All you need to know about Italian Wine Classifications

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Last updated Jul 9, 2023

Italy is a popular vacation destination due to its history and beautiful landscape. But outside of its natural beauty, it also produces some of the best wines in some of the most scenic landscapes in the world. Wine in Italy is more than just a drink, it is a way of life. It is also very affordable and plentiful. However, for casual wine drinkers, it can be confusing to figure out the labeling system and the quality of wine and here we try to explain Italian Wine Classifications.

In this article, we try to clear up some of the confusion and offer a simple explanation of Italian Wine Classifications! The classifications identify everything from how the grape is grown, to how it is handled, how the wine is produced, the alcohol content, the aging process, and the higher up the tier you go the stricter the rules are.

Italian Wine Names

Italian wines can be named after the variety of the grape, the region they are grown and produced in, or neither one of those. Take for example, Vino Nobile di Montepulciano and Montepulciano d’Abruzzo. If you knew nothing about Italian wine, the name would suggest that both wines are either from the same region or use the same grape and neither is true in this case. They are two completely different wines, from different grapes, different regions, harvested and aged differently.

Vino Nobile di Montepulciano (a DOCG wine) is named after the town where it is produced (Montepulciano), and the grape varietal used in this wine is Sangiovese (the same primary variety used in other popular Italian wines like Chianti and Brunello). However, Montepulciano d’Abruzzo (a DOC wine) is made from Montepulciano grape in the Abruzzo region, which is nowhere near the town of Montepulciano.  Because of this confusion, Vino Nobile di Montepulciano has been considering changing its name to just Vino Nobile for some time now.  



Another example is Super Tuscan, and by the name alone you can guess that this wine is from Tuscany. It is a red blend from Tuscany that does not follow strict rules of DOC and DOCG to create powerful wines targeted to the international market.

Two of the most popular Italian red wines, Barolo and Barbaresco, provide another good example of the complexities in Italian wine naming.  Barolo and Barbaresco are often referred to as the King and Queen of Italian wines, respectively.  Both wines are produced from 100% Nebbiolo grape and are from two villages only 15 miles apart.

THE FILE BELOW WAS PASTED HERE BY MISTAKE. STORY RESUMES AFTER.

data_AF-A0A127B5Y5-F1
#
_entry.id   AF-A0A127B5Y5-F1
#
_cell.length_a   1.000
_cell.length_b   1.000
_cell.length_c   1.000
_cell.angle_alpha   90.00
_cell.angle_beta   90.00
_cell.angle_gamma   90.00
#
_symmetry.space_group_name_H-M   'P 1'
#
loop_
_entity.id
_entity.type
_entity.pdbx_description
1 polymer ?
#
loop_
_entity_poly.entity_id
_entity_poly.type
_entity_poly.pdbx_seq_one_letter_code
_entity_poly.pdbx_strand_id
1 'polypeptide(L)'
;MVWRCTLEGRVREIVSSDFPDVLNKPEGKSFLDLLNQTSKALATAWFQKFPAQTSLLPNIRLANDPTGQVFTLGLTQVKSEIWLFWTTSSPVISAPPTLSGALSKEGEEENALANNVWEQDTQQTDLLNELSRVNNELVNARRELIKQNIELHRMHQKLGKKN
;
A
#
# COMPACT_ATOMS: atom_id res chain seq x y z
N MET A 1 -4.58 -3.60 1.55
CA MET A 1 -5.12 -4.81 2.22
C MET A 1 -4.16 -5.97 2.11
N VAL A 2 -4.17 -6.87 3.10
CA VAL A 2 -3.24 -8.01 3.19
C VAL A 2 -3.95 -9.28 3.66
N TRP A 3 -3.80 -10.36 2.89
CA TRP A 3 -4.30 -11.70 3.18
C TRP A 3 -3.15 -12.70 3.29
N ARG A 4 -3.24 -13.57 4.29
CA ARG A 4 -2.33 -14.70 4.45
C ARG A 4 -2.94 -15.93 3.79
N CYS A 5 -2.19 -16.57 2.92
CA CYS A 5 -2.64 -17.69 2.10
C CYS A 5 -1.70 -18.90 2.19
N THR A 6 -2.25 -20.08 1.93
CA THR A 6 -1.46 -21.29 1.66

If you were to try them side by side, most unacquainted drinkers would never guess they are made from the same grape.  The difference is due to the effect of the “terroir” or the natural environment of the area.  This requires different aging duration to mellow the harsh tannins that are typical of Nebbiolo grown in the Barolo region.

Italian Wine Classification
Map of Italian Grape Regions | Italian Wine Classifications

Italian Wine Classifications

The classification of Italian wine as we know it today started in the early ‘60s and has been changed and updated over time. The idea behind classifying wines in this way was to ensure quality. The classifications identify everything from how the grape is grown, to how it is handled, how the wine is produced, the alcohol content, the aging process, and higher up the tier you go the stricter the rules are. However the intentions of this system have been questioned on multiple occasions and there are many examples of certain wines becoming DOCG because of heavy lobbying from the region to the committee, not because the quality was better than some other competing wines. Nevertheless, Italy’s classifications (appellations) are divided into four categories:

VdT – Vino da Tavola

Vino da Tavola means “table wine” in Italian or now simply Vino. It represents most basic level of Italian wine. Everyday drinking wine.

IGT – Indicazione Geografica Tipica

Up until 1992, all the wines that did not fall under the DOC and DOCG categories fell under VdT classification. This included different blends, natural, organic, and bio-dynamic wines.

One of the most prominent voices against the constraints of DOC and the need for more inclusive classification were the producers of ‘Super Tuscans’ and the reason for the creation of IGT. They were not willing to play by the DOC/DOCG rules, however, the quality of wine they were making was catching international attention and the Italian government decided to give it a formal classification in 1992.

For IGT appellation, the grape and wine still need to be produced within a certain ‘area of origin’; wines are subject to inspection but not actual tasting. Below is an example of rules that a Rosso di Toscana wine producer must follow, it is a lot more forgiving than DOC/DOCG rules:

  • IGT Toscano/Toscana (red)
  • Region: Toscana